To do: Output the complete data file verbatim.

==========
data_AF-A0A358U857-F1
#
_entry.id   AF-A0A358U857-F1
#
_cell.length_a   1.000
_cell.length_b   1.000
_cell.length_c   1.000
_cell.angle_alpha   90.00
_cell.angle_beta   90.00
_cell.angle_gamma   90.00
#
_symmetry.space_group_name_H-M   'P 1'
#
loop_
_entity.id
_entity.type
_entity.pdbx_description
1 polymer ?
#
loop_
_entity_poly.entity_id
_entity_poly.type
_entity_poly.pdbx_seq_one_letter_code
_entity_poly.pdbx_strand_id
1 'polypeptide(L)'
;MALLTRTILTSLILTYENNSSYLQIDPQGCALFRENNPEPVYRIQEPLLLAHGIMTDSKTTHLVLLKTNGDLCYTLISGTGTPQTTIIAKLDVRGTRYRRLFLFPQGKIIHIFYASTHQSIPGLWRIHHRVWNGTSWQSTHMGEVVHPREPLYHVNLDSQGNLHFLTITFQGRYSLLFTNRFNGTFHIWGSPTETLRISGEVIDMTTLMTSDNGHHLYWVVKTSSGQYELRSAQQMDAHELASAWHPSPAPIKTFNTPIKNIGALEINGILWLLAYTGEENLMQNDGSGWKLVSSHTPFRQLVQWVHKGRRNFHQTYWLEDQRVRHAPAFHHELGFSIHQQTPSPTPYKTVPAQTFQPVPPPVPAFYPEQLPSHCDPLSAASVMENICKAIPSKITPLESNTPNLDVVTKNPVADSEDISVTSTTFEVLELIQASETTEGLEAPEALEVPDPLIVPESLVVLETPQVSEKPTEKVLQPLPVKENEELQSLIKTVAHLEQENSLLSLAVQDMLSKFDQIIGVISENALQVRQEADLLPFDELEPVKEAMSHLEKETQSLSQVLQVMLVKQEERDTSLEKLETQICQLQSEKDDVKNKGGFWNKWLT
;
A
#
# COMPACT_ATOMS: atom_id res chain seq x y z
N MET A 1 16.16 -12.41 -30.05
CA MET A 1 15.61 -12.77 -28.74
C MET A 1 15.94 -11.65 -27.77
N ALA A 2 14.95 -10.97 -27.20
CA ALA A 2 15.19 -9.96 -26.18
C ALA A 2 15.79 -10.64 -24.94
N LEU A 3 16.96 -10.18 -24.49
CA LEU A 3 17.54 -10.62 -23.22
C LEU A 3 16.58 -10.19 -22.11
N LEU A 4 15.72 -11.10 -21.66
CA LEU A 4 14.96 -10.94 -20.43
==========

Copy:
data_AF-A0A358U857-F1
#
_entry.id   AF-A0A358U857-F1
#
_cell.length_a   1.000
_cell.length_b   1.000
_cell.length_c   1.000
_cell.angle_alpha   90.00
_cell.angle_beta   90.00
_cell.angle_gamma   90.00
#
_symmetry.space_group_name_H-M   'P 1'
#
loop_
_entity.id
_entity.type
_entity.pdbx_description
1 polymer ?
#
loop_
_entity_poly.entity_id
_entity_poly.type
_entity_poly.pdbx_seq_one_letter_code
_entity_poly.pdbx_strand_id
1 'polypeptide(L)'
;MALLTRTILTSLILTYENNSSYLQIDPQGCALFRENNPEPVYRIQEPLLLAHGIMTDSKTTHLVLLKTNGDLCYTLISGTGTPQTTIIAKLDVRGTRYRRLFLFPQGKIIHIFYASTHQSIPGLWRIHHRVWNGTSWQSTHMGEVVHPREPLYHVNLDSQGNLHFLTITFQGRYSLLFTNRFNGTFHIWGSPTETLRISGEVIDMTTLMTSDNGHHLYWVVKTSSGQYELRSAQQMDAHELASAWHPSPAPIKTFNTPIKNIGALEINGILWLLAYTGEENLMQNDGSGWKLVSSHTPFRQLVQWVHKGRRNFHQTYWLEDQRVRHAPAFHHELGFSIHQQTPSPTPYKTVPAQTFQPVPPPVPAFYPEQLPSHCDPLSAASVMENICKAIPSKITPLESNTPNLDVVTKNPVADSEDISVTSTTFEVLELIQASETTEGLEAPEALEVPDPLIVPESLVVLETPQVSEKPTEKVLQPLPVKENEELQSLIKTVAHLEQENSLLSLAVQDMLSKFDQIIGVISENALQVRQEADLLPFDELEPVKEAMSHLEKETQSLSQVLQVMLVKQEERDTSLEKLETQICQLQSEKDDVKNKGGFWNKWLT
;
A
#
# COMPACT_ATOMS: atom_id res chain seq x y z
N MET A 1 16.16 -12.41 -30.05
CA MET A 1 15.61 -12.77 -28.74
C MET A 1 15.94 -11.65 -27.77
N ALA A 2 14.95 -10.97 -27.20
CA ALA A 2 15.19 -9.96 -26.18
C ALA A 2 15.79 -10.64 -24.94
N LEU A 3 16.96 -10.18 -24.49
CA LEU A 3 17.54 -10.62 -23.22
C LEU A 3 16.58 -10.19 -22.11
N LEU A 4 15.72 -11.10 -21.66
CA LEU A 4 14.96 -10.94 -20.43